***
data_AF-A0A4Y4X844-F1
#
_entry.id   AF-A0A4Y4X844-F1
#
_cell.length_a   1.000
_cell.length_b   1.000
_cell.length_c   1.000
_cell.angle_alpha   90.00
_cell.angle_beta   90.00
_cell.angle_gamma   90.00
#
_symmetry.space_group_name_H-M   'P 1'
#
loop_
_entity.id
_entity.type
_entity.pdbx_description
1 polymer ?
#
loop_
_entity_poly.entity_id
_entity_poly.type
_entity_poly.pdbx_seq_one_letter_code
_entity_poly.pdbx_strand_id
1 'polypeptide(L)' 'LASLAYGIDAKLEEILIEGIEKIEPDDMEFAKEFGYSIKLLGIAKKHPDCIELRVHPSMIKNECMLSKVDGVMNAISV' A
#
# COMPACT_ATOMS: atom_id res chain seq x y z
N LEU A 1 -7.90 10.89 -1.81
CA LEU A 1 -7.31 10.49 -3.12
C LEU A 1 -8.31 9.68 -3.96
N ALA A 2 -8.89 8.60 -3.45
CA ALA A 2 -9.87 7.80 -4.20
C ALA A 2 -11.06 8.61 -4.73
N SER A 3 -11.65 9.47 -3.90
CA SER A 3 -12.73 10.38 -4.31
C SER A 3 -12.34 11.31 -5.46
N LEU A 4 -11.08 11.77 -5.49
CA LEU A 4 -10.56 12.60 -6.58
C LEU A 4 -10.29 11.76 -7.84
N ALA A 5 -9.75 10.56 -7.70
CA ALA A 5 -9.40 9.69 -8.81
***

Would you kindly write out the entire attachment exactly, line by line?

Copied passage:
data_AF-A0A4Y4X844-F1
#
_entry.id   AF-A0A4Y4X844-F1
#
_cell.length_a   1.000
_cell.length_b   1.000
_cell.length_c   1.000
_cell.angle_alpha   90.00
_cell.angle_beta   90.00
_cell.angle_gamma   90.00
#
_symmetry.space_group_name_H-M   'P 1'
#
loop_
_entity.id
_entity.type
_entity.pdbx_description
1 polymer ?
#
loop_
_entity_poly.entity_id
_entity_poly.type
_entity_poly.pdbx_seq_one_letter_code
_entity_poly.pdbx_strand_id
1 'polypeptide(L)' 'LASLAYGIDAKLEEILIEGIEKIEPDDMEFAKEFGYSIKLLGIAKKHPDCIELRVHPSMIKNECMLSKVDGVMNAISV' A
#
# COMPACT_ATOMS: atom_id res chain seq x y z
N LEU A 1 -7.90 10.89 -1.81
CA LEU A 1 -7.31 10.49 -3.12
C LEU A 1 -8.31 9.68 -3.96
N ALA A 2 -8.89 8.60 -3.45
CA ALA A 2 -9.87 7.80 -4.20
C ALA A 2 -11.06 8.61 -4.73
N SER A 3 -11.65 9.47 -3.90
CA SER A 3 -12.73 10.38 -4.31
C SER A 3 -12.34 11.31 -5.46
N LEU A 4 -11.08 11.77 -5.49
CA LEU A 4 -10.56 12.60 -6.58
C LEU A 4 -10.29 11.76 -7.84
N ALA A 5 -9.75 10.56 -7.70
CA ALA A 5 -9.40 9.69 -8.81